The Mercedes-Benz V-Class caters to a very small niche in India. The market demand for a luxurious MPV is mostly from tour-operators and fancy hotels, but the company thinks the demand from individual buyers could increase in the future.
For now, the Mercedes-Benz V-Class has no direct competition. But what if Toyota decided to join the battle? It does have the Alphard, a 6/7-seater MPV which is directly imported by many hoteliers in the country - popular because it combines luxurious amenities with proven Toyota reliability and low maintenance costs. In case Toyota does launch the Alphard in India, which is unlikely for now, how would it compare? We take a look at the Alphard sold in Thailand and compare it to the V-Class to see if it could be a worthy contender to the V-Class.
The V-Class takes the crown here, being longer - both in terms of overall length and wheelbase. The Alphard may be slightly better to drive in the crowded city streets, though it may not feel as spacious as the Merc even with the 10mm taller roof.
Engine and Transmission
The Mercedes-Benz V-Class has a slight advantage here, being powered by a theoretically frugal diesel engine. The Alphard, in all markets, is available with petrol/hybrid powertrains only. While Toyota does have large diesel engines already available in India, they may not be compatible with the Alphard’s platform - or would require modifications which do not make financial sense. The hybrid variant could be the best bet, offering decent pulling power and being frugal.
This is not a fair comparison (different markets, different price points, different specs), but the Alphard does have some features which the V-Class is not offered with in India. This includes twin-moonroofs which would improve the interior ambience and score brownie points in a sunroof-crazed country like India. The V-Class hits back with configurable second-row seats, for that boardroom like seating, and a ‘Table-Package’ which adds usable dining tables for all passengers!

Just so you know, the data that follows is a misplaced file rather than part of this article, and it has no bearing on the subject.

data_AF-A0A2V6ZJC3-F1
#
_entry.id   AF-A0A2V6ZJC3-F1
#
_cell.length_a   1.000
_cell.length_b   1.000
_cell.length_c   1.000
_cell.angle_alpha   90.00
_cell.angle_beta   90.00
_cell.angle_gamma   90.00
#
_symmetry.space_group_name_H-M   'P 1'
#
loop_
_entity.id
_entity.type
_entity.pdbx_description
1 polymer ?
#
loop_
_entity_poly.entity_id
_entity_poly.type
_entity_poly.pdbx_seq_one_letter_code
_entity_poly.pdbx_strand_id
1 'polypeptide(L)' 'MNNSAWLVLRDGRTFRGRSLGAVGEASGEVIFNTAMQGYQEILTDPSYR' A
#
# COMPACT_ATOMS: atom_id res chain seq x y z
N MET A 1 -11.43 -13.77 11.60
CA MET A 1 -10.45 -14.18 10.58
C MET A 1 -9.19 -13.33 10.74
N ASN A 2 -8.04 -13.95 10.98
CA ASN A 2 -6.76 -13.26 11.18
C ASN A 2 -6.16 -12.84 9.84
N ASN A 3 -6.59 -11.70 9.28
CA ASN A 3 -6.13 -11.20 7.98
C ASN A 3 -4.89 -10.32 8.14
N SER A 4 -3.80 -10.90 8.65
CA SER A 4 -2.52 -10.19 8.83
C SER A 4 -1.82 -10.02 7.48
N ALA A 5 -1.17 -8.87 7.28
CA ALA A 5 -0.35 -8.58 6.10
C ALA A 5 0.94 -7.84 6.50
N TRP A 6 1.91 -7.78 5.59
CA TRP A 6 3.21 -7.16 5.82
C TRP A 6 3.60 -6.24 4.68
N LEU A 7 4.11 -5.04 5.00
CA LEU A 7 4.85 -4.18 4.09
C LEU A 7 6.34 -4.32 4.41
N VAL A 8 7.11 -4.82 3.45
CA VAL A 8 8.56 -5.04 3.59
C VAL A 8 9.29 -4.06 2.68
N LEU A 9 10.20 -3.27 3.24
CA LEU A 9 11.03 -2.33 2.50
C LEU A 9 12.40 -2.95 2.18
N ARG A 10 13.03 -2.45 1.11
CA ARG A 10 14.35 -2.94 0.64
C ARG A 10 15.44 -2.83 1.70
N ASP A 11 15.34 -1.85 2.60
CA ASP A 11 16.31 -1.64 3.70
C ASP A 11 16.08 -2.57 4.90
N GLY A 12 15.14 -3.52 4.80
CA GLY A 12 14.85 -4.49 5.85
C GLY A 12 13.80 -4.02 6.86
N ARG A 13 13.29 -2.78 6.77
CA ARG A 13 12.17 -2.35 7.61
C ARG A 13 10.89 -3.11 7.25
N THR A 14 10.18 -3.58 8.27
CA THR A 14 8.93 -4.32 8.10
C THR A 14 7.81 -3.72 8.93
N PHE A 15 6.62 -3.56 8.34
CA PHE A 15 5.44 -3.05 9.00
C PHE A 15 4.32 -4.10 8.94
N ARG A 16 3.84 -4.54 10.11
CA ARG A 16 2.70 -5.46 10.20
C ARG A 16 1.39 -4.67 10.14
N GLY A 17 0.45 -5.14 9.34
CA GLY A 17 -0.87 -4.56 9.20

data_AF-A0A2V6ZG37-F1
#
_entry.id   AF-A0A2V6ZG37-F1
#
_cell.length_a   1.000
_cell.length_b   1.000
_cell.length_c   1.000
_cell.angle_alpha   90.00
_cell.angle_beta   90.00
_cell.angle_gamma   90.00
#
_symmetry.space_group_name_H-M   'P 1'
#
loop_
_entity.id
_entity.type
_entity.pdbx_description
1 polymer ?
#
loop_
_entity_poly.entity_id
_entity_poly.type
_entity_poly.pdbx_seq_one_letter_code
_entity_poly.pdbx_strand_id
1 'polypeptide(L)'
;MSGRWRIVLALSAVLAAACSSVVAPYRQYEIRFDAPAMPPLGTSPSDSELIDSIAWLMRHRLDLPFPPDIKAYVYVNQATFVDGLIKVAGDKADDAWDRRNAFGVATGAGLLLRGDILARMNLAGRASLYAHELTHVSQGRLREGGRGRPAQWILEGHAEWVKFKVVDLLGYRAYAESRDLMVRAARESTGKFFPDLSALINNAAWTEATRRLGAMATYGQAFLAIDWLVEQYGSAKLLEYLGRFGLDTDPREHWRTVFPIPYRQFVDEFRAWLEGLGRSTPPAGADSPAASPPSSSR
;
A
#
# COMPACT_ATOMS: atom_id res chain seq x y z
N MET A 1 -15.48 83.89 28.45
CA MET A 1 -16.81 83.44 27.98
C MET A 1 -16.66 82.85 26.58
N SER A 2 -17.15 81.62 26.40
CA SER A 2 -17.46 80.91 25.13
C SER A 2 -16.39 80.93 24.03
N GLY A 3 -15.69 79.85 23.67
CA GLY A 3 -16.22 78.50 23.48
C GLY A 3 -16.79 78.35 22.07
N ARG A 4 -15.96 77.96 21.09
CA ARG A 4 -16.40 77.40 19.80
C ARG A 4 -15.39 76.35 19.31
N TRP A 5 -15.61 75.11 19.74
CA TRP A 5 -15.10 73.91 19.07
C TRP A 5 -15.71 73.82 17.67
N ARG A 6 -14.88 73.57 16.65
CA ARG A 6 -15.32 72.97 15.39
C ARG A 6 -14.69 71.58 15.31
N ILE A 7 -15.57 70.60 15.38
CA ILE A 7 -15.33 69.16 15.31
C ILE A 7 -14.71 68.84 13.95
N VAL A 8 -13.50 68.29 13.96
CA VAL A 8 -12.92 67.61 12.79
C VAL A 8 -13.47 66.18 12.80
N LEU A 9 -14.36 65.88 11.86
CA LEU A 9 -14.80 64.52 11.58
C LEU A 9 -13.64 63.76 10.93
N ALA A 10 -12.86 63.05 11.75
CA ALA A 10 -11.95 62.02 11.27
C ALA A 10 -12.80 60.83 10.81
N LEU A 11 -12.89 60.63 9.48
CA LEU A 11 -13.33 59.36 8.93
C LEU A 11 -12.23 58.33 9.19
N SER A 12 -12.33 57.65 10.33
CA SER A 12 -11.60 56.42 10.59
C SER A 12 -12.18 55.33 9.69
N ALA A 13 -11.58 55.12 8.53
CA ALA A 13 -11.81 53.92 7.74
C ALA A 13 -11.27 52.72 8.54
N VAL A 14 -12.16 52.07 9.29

Safety is a high priority for both the MPVS, but V-Class skimps on curtain airbags on the C- and D-pillar in the Expression variant. The Alphard gets blind spot warning as standard, which is very helpful when driving long MPVs - and is a big miss for the Mercedes. The V-Class hits back with a 360-degree camera (only in the Exclusive variant).
As you can see, the comparison between the V-Class and the Alphard seems lopsided, because the Toyota is priced much higher. But the prices are for different markets, taxes levied and transportation charges are different - and comparing them would be unfair. The Toyota Alphard will not be cheap, even if the company does launch it here. What price point do you think it would become popular at?